Canceled flight? Here’s how much money you can ask for

Video simulation shows the design of Auckland Airport’s new baggage handling system, to be developed and built alongside the combined domestic and international terminal. Video / Supplied

When Dylan Büdler’s Jetstar flight from Queenstown to Auckland was canceled on Sunday and rebooked for Tuesday, the airline offered $ 150 per night for accommodation and $ 30 per day for food.

According to the law, he had a right to ask for more.

After spending last Friday evening and Saturday in Queenstown, the 26-year-old Aucklander woke up on Sunday to a text and email stating his flight had been canceled due to’operational requirements’.

Instead of flying out at 9.10pm that evening, Jetstar gave two options; get a refund for the flight and make new arrangements, or change to another Jetstar flight.

Option one was off the table, as there were no flights out of Queenstown on Sunday or Monday with any airlines. Canceling the booking, as Büdler understood from the email, meant he would not receive reimbursement for additional expenses like a hotel or food.

He accepted the second offer to take the next available flight, which departed 5pm on Tuesday July 26.

However, according to Büdler, the reimbursements offered by Jetstar weren’t exactly sufficient.

Since the cancellation was under Jetstar’s control (rather than due to a weather event, for example), they offered Büdler $ 150 per night for accommodation and $ 30 per day for food. He says neither went very far in the tourist town.

“The only available accommodation in central Queenstown for under $ 150 were rooms in backpackers or shared accommodations,” he says, adding that these weren’t suitable places to work remotely on Monday.

“I ended up finding a room for $ 180 a night and accepted that I would just pay the difference.”

According to the Civil Aviation Act, he didn’t necessarily have to.

What are passengers’ rights?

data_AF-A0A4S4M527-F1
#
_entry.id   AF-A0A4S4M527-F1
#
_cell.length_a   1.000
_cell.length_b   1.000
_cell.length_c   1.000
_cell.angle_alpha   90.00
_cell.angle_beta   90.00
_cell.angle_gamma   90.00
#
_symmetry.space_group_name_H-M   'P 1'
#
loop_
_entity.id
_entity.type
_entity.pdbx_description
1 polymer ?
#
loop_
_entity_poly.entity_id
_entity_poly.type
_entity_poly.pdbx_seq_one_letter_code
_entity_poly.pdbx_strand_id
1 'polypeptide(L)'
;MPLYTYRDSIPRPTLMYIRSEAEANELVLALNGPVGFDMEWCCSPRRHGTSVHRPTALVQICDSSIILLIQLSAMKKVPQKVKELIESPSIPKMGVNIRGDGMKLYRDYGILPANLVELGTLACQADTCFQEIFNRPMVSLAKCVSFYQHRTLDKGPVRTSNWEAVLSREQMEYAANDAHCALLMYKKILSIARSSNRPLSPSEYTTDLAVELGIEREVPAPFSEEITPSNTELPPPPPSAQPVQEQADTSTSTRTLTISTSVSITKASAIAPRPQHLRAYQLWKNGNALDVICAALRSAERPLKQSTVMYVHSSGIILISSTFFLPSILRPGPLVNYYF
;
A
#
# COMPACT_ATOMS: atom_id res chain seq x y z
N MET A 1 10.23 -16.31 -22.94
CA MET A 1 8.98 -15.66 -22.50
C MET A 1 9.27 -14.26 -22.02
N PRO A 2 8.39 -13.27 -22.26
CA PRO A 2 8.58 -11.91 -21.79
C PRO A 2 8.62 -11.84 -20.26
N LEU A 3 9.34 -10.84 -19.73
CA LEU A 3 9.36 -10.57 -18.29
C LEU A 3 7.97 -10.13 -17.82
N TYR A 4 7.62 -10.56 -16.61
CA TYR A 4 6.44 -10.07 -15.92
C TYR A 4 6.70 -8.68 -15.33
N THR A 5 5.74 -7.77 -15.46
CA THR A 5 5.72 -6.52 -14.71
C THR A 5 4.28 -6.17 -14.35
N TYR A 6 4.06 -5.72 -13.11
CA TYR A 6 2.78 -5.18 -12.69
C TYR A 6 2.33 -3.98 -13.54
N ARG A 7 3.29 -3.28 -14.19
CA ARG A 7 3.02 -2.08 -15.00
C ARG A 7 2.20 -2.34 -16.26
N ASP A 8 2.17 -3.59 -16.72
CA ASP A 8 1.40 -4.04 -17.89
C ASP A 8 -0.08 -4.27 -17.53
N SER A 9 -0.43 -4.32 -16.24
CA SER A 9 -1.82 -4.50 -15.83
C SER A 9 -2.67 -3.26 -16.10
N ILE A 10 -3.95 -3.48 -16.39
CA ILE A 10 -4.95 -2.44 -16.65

As per the CAA, Büdler was entitled to compensation of up to 10 times the cost of his ticket or the actual cost incurred by the delay, whichever was lower.

Since his ticket back to Auckland was $ 120, he had a right to claim up to $ 1200 in costs incurred by the delay, including money spent on transport, food and accommodation.

This isn’t a hall pass to spend big, says Consumer NZ chief executive Jon Duffy. “If you order a five-star dinner and buy designer clothes, that might not fly and they may push back.”

However, Duff says that, considering the high cost of booking a last minute hotel room or getting a meal, Jetstar’s cap seemed “pretty close to being too little.”

Although this didn’t matter, he adds, because it does not reflect the amount customers could actually be entitled to under the CAA.

“It’s an arbitrary thing they’re putting on,” he says, describing it as a trend that was both popular and problematic.

“It is problematic when airlines create the impression that [reimbursement is] capped at arbitrary figures, rather than 10 times the cost of the ticket, “Duffy says. He believes this can play into the imbalance of power between a consumer and carrier.

“Carriers aren’t aware of what they’re obligated to and consumers don’t know their rights, and they can be misled.”

In these cases, Duffy says, it could be considered a breach of the Fair Trading Act.

When Büdler asked Jetstar if they would cover the $ 100 it would cost for an additional two days car parking at Auckland Airport due to the delay, he didn’t question their response.

“I asked the customer representative if Jetstar would reimburse me for the additional parking charge of $ 100 and she said that this wouldn’t be covered,” he says. “I had to ask a friend of mine to collect the car then come pick me up again on Tuesday evening to avoid paying this fee. “

Yet, according to Duffy, this was an additional cost passengers have a right to seek reimbursement for.

“Oh it’s completely reasonable,” he says.

Büdler says he understands airlines sometimes have to cancel flights due to operational requirements and feels fortunate his work was understanding and he could work remotely.

“I got off pretty light,” he says. “I’m sure there are other people who were canceled that couldn’t work from down there or had to take leave.”

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